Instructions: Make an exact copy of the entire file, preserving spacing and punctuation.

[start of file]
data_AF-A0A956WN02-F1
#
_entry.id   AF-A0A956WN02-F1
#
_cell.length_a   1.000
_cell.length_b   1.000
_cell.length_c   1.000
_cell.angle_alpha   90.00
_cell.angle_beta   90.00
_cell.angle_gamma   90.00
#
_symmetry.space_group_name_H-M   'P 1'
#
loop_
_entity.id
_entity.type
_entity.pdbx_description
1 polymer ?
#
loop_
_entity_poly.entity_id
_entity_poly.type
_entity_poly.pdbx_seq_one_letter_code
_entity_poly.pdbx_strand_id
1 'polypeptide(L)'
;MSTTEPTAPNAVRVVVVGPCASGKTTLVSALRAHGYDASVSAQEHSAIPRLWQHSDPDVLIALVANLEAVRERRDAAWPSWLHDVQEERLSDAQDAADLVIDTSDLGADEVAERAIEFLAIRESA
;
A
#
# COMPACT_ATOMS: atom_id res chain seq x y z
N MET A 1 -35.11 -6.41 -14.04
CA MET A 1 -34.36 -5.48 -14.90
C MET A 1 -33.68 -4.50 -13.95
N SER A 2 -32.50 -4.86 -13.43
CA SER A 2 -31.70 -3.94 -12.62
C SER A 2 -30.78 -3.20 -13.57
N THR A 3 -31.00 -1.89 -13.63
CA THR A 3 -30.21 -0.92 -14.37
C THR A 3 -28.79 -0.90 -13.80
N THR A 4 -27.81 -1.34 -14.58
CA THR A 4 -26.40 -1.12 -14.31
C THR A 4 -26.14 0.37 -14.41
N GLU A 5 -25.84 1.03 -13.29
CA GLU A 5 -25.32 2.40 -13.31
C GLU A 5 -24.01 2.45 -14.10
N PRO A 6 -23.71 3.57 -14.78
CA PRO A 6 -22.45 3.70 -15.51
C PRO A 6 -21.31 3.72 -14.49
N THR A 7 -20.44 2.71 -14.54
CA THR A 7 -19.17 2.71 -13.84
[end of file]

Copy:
data_AF-A0A956WN02-F1
#
_entry.id   AF-A0A956WN02-F1
#
_cell.length_a   1.000
_cell.length_b   1.000
_cell.length_c   1.000
_cell.angle_alpha   90.00
_cell.angle_beta   90.00
_cell.angle_gamma   90.00
#
_symmetry.space_group_name_H-M   'P 1'
#
loop_
_entity.id
_entity.type
_entity.pdbx_description
1 polymer ?
#
loop_
_entity_poly.entity_id
_entity_poly.type
_entity_poly.pdbx_seq_one_letter_code
_entity_poly.pdbx_strand_id
1 'polypeptide(L)'
;MSTTEPTAPNAVRVVVVGPCASGKTTLVSALRAHGYDASVSAQEHSAIPRLWQHSDPDVLIALVANLEAVRERRDAAWPSWLHDVQEERLSDAQDAADLVIDTSDLGADEVAERAIEFLAIRESA
;
A
#
# COMPACT_ATOMS: atom_id res chain seq x y z
N MET A 1 -35.11 -6.41 -14.04
CA MET A 1 -34.36 -5.48 -14.90
C MET A 1 -33.68 -4.50 -13.95
N SER A 2 -32.50 -4.86 -13.43
CA SER A 2 -31.70 -3.94 -12.62
C SER A 2 -30.78 -3.20 -13.57
N THR A 3 -31.00 -1.89 -13.63
CA THR A 3 -30.21 -0.92 -14.37
C THR A 3 -28.79 -0.90 -13.80
N THR A 4 -27.81 -1.34 -14.58
CA THR A 4 -26.40 -1.12 -14.31
C THR A 4 -26.14 0.37 -14.41
N GLU A 5 -25.84 1.03 -13.29
CA GLU A 5 -25.32 2.40 -13.31
C GLU A 5 -24.01 2.45 -14.10
N PRO A 6 -23.71 3.57 -14.78
CA PRO A 6 -22.45 3.70 -15.51
C PRO A 6 -21.31 3.72 -14.49
N THR A 7 -20.44 2.71 -14.54
CA THR A 7 -19.17 2.71 -13.84